Bright Cold Day links to this version of the archetypal modern art hoax story. You can read my take on this, first published in 1999, here
A short sample, with an apposite link I just found:
It is still possible to outrage US Senators and New York City Mayors with such ‘artworks’ as chocolate-smeared performance artists and Madonnas rendered in elephant dung, especially when their production and exhibition is paid for by taxpayers. But for the mass public, the game of epater le bourgeois (shocking the middle class) has been played out. Hardly anyone nowadays is really shocked by anything as petty as modern art. Rather, most people accept incomprehensible, trivial and ‘confrontational’ art as one of the facts of modern life, much like the operations of financial markets. Just as with markets in financial derivatives, they give their passive assent to the experts who assure them that modern art is a Good Thing, while retaining an underlying conviction that it is really a gigantic con game. Stories of paintings by ducks or monkeys being hailed as masterpieces are standard filler items in the tabloid press, greeted with the same mild schadenfreude as exposures of failed financial manipulations.
Yet again, I had the idea for a great post, bouncing off Tim Dunlop’s observation that “bloggers are the new public intellectuals” and linking back to the tradition of pamphleteering notably celebrated by George Orwell. But of course, I quickly discovered that Emily Eakin at the New York Times had beaten me to it by two weeks, and done it better than I would have.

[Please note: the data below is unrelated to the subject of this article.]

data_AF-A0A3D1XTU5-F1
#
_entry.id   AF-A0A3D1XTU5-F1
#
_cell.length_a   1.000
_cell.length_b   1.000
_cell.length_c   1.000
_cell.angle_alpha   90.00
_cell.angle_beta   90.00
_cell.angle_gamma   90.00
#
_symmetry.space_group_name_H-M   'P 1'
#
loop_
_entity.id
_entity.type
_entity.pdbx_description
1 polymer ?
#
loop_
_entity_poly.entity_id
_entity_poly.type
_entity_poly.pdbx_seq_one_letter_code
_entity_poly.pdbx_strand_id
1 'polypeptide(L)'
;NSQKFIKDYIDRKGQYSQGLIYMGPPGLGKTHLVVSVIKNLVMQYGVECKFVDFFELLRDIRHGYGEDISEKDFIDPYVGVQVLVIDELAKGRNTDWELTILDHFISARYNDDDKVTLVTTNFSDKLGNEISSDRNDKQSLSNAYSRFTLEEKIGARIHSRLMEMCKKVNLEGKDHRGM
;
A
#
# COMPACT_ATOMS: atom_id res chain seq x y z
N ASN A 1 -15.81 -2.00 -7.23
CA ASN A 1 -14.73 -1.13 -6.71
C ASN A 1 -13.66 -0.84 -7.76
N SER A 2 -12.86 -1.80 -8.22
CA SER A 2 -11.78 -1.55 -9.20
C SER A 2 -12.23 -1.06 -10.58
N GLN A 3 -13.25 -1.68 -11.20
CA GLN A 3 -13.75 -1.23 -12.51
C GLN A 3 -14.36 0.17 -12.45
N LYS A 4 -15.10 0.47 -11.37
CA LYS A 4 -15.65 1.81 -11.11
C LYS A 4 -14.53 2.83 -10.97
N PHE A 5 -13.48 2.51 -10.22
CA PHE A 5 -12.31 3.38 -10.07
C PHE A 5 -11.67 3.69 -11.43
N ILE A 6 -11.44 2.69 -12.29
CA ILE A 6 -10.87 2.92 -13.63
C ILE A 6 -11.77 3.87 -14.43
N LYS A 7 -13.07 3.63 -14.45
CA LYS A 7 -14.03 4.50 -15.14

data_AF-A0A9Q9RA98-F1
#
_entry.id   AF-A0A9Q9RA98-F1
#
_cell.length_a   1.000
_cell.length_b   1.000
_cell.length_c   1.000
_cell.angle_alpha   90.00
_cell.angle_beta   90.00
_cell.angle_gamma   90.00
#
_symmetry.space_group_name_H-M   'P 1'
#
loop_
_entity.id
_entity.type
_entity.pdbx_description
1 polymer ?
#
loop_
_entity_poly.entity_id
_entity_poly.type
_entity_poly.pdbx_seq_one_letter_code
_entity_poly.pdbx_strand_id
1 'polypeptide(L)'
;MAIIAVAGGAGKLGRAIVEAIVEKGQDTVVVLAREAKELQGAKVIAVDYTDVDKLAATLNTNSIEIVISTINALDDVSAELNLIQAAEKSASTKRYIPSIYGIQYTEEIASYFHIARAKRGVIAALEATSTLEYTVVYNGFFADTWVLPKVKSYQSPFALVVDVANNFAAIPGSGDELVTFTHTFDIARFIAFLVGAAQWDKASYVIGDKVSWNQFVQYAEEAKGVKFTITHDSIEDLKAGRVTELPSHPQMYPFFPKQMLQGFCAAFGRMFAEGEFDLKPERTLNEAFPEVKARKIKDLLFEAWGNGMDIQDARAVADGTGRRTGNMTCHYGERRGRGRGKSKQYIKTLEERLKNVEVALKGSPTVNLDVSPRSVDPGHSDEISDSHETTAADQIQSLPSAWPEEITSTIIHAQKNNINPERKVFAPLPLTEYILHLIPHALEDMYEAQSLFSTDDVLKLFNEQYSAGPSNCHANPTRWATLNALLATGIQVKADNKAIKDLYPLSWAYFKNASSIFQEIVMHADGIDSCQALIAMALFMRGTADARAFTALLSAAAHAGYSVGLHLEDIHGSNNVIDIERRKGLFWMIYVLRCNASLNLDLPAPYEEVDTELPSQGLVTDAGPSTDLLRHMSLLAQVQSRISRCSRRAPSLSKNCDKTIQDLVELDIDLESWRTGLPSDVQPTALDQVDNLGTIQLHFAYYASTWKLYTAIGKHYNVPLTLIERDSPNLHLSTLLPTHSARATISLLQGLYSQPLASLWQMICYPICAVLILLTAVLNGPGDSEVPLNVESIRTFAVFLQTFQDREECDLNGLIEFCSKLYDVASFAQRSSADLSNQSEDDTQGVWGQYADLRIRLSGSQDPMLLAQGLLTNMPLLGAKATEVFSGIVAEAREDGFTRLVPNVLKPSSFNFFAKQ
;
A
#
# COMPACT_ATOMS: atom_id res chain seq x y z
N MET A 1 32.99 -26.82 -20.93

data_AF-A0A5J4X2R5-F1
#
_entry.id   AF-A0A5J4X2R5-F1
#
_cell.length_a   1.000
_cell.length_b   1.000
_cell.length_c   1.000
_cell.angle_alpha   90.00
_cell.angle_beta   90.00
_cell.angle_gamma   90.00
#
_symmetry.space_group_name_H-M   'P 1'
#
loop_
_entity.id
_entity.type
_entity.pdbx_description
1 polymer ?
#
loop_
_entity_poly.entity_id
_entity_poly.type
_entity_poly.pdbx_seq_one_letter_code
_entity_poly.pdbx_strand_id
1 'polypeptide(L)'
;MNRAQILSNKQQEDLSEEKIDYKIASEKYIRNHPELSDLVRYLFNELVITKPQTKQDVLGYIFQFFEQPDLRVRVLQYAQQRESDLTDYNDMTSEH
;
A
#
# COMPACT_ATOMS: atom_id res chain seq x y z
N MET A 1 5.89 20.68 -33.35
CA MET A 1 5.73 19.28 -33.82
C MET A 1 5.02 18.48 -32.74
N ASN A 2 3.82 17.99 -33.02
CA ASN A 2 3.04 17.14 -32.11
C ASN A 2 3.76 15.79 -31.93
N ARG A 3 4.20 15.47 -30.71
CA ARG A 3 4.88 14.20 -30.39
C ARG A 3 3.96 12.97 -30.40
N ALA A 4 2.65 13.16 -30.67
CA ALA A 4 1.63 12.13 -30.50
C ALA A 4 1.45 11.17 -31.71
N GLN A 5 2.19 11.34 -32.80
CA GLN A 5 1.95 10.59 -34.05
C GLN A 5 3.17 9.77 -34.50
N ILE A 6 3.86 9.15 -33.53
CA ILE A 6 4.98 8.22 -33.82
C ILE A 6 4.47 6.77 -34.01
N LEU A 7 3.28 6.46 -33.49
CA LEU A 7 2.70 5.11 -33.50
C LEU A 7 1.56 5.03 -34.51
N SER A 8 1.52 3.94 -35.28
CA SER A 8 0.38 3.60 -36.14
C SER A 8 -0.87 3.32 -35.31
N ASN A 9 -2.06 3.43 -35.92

One consolation comes with today’s Salon where Arianna Huffington asks “What would you do with all the money squandered by corporate America?”
Arianna’s piece is funnier, but I got in earlier with:
this piece beginning
” One trillion US dollars. A million million. It’s an unimaginable sum of money. It’s more than the US would spend in development aid in 100 years, and more than enough to fix many of the world’s problems once and for all.
Yet $US 1 trillion is a conservative estimate of the amount of real wealth that has been dissipated in bad investments during the ‘New Economy’ bubble of the last few years”
“Today’s ‘New Economy’ enterprises have been purpose-built for the mission of enriching their managers and the financial insiders who put them there. They have succeeded admirably in this mission. Everyone else, including workers, consumers and small shareholders, has lost out.”
Probably very few thoughts are original, but with search engines as efficient as Google, and the filtering services provided by weblogs, it’s getting harder and harder to sustain even the illusion of oringinality